In the city and suburbs where wildlife disappeared with the arrival of bulldozers and lawnmowers, some carefree local residents have decided to forgo their manicured landscapes and let their back yards go natural.
For these participants in the National Wildlife Federation's back yard habitat program, there is something comforting in being surrounded by small, wild things - the birds, raccoons and squirrels they feed regularly and the pastiche of colorful flower beds.
"Part of the fun of growing things is not knowing what there will be here from one day to the next," said Alice Grant, who has converted her once denuded, half-acre yard in Columbia, Md., into an intricate blend of curving flower beds, bardwood mulch carpets and radomly growing wildflowers. A dense forest as a backdrop - the forest that was there long before the bulldozers came.
"People drive by and say look at the field of weeds," she said with a wince as she point out pine seedlings, vibrant goldenrod, wild strawberries and wispy field asters among the so-called "weeds." I'm beginning to resent those comments tremendously."
The backyard wildlife program, which was started four years ago to encourage sources of food, water, shelter and reproductive areas in urban and suburban lots, has attracted 900 participants around the nation, including 33 in the Washington area.
"Even a window box can be enough," said naturalist Craig Tufts of the wildlife federation. The agency, which is based here, supplies abundant information about how to contribute to the urban wildlife movement.
Loraine Vaa, a volunteer naturalist in McLean, joined the program because she felt a responsibility to aid homeless wildlife whose natural habitats are being destroyed by suburban development.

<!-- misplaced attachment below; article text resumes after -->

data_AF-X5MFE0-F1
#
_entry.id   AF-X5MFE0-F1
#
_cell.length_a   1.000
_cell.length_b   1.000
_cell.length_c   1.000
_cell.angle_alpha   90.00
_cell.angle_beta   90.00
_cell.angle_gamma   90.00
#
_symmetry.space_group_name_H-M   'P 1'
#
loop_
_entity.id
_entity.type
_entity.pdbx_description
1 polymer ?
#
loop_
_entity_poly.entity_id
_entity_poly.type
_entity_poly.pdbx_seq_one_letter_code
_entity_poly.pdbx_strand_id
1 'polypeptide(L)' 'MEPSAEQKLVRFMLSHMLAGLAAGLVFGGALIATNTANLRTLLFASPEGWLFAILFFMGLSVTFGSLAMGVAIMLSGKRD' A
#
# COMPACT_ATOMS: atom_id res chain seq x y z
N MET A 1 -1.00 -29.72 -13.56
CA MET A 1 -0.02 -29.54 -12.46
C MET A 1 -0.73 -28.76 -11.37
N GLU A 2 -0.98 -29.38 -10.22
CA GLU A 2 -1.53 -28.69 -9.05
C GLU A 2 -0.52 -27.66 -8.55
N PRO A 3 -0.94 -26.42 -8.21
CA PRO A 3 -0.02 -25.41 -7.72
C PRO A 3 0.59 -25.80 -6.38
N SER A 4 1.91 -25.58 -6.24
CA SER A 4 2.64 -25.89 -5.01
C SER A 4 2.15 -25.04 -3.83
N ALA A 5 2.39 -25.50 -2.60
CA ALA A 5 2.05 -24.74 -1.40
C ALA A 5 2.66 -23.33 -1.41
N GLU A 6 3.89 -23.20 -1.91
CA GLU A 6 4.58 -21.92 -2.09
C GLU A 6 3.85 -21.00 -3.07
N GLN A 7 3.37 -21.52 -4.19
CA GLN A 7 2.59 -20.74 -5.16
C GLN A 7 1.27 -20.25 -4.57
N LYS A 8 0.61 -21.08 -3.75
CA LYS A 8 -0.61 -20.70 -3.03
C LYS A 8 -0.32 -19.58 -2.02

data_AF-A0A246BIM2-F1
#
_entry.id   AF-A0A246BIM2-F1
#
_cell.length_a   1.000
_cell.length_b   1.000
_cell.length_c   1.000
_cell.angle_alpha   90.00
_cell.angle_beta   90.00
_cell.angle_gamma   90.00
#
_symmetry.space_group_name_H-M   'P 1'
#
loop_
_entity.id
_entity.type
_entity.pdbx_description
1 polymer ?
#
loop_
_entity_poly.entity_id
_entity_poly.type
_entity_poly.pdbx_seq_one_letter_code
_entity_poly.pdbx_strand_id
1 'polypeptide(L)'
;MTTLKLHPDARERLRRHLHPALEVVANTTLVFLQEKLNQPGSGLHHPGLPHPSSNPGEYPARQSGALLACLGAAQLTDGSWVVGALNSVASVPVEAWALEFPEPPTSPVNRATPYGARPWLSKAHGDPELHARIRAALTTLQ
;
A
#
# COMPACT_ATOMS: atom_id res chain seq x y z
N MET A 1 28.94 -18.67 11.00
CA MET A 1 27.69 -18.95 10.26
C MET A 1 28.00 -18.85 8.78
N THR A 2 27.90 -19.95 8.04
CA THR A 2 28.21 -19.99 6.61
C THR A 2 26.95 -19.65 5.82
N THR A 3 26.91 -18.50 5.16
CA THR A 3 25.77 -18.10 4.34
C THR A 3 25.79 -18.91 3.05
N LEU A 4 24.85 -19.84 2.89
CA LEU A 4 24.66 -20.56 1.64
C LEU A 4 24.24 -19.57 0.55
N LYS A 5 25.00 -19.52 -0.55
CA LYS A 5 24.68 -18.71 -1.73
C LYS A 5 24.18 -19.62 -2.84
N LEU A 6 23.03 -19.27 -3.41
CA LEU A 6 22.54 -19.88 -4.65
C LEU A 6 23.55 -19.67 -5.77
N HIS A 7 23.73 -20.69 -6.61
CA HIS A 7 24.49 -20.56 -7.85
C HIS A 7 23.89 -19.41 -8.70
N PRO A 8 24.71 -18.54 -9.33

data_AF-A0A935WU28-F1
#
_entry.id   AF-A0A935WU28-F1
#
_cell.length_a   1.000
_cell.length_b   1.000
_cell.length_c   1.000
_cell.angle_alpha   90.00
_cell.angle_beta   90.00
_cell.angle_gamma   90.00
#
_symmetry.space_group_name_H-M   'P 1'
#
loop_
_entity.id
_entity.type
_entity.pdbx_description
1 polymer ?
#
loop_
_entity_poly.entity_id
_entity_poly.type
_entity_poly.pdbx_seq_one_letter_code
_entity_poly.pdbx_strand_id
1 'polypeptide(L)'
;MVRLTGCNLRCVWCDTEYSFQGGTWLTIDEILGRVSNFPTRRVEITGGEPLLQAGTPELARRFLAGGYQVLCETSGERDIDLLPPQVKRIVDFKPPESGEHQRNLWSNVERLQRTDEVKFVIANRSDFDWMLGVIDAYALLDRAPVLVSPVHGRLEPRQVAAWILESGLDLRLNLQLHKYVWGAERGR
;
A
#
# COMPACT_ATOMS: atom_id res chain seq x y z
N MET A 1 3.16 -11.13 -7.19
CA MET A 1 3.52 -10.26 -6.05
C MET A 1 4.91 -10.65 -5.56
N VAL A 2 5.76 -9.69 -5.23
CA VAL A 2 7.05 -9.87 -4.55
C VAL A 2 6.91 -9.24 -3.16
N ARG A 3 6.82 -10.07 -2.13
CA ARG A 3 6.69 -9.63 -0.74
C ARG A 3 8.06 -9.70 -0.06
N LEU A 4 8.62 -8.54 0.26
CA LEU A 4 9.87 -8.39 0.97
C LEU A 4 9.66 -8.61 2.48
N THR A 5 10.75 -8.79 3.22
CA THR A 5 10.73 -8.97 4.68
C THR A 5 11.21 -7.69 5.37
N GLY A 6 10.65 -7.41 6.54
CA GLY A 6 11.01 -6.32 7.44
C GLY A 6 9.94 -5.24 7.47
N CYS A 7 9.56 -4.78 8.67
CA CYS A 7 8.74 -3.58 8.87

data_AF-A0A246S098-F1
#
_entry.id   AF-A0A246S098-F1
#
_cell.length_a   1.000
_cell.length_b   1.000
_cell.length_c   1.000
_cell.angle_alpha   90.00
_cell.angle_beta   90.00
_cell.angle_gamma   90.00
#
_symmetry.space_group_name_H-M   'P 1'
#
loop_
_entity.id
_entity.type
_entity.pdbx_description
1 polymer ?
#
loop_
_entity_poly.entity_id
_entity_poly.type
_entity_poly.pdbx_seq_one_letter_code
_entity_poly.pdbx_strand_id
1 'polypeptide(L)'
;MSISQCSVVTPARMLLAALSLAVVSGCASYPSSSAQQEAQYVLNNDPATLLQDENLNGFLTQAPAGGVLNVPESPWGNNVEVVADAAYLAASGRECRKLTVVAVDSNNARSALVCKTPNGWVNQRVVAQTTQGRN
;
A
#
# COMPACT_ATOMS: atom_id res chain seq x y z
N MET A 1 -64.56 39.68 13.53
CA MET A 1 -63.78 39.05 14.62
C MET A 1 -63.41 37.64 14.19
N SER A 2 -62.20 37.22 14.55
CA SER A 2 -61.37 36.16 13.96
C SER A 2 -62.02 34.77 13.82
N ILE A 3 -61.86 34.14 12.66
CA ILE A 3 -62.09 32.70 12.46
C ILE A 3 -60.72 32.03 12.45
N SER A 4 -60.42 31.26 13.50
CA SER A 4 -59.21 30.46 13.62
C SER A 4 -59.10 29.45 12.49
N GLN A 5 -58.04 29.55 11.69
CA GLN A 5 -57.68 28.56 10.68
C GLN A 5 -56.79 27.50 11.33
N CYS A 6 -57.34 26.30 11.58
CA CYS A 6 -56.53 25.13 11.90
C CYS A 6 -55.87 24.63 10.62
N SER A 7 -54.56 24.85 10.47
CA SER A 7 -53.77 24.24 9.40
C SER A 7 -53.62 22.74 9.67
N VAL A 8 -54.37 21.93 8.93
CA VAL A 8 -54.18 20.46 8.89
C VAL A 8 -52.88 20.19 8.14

"When something dies I try to replant something with berries (to feed birds) and when a tree falls, we don't take it out because birds use it for nesting," she said.
"Anyone who wants a neat yard won't have much in the way of wildlife," said Vaa, whose lot sits in front of the forest.
She rarely sprays to rid the area of bugs because the dozens of birds eat the insects.
A raccoon arrives at her back door nightly for food, and a bluejay "asks" her for peanuts. The back yard chipmunks wage ferritorial wars with the front yard chipmunks and she learns much from watching how the birds' pecking order works.
She leaves a brush pile on one slope of her third-of-an-acre lot and a compost pile nearby. Rather than being devoured by an electric disposal, food scraps are saved for the wildlife. One bird bath sits on the ground for birds that don't like to bathe on a pedestal and suet laced with peanut butter and bread crumbs hang from trees in used cans during the winter."I think people are definitely more conscious of nature, especially now that so many trees are being cut down for subdivision after subdivision, but you know," she said, "some people are afraid of the outdoors."
Not the Grants in Columbia. "My mother did this kind of thing," said Mrs. Grant, as she eagerly pointed out - and talked to as personal friends - some of the 300 varieties of plants in her yard.
As a youngster, she said, "we had a big place, with a pond, sloping down to a lake. Very soon after we moved in, my mother decided to let it grow wild. When I was teen-ager, I was too dumb to appreciate it."
In later years, Mrs. Grant turned to gardening, and when she and her husband Clifton retired in Columbia from New Jersey, they saw their bare lot as a limitless challenge.
An early addition was a fish pond. Now, two years later, it is the home of 32 goldfish and 18 frogs. At the rate they are proliferating, the fish will number 1,000 in three years, Grant figures.
"We think up something new each week," Mrs. Grant noted, noddling toward a newly built platform where raccoons climb for chicken bones.
Railroad ties hauled out of the Columbia dump line a path into the woods. In hopes of attracting deer, the Grants placed a salt lick on the rear fringes of their property. "Even in the city," Mrs. Grant said, "if you put out a bird feeder, it's amazing. The birds will eventually find it."
In the midst of all this foliage lies only a small plot of closely trimmed grass, the size of a badminton court.
"We encourage landscaping without lawns," Mrs. Grant said. "Mowers are noisy and weeding flower beds is better exercise anyway."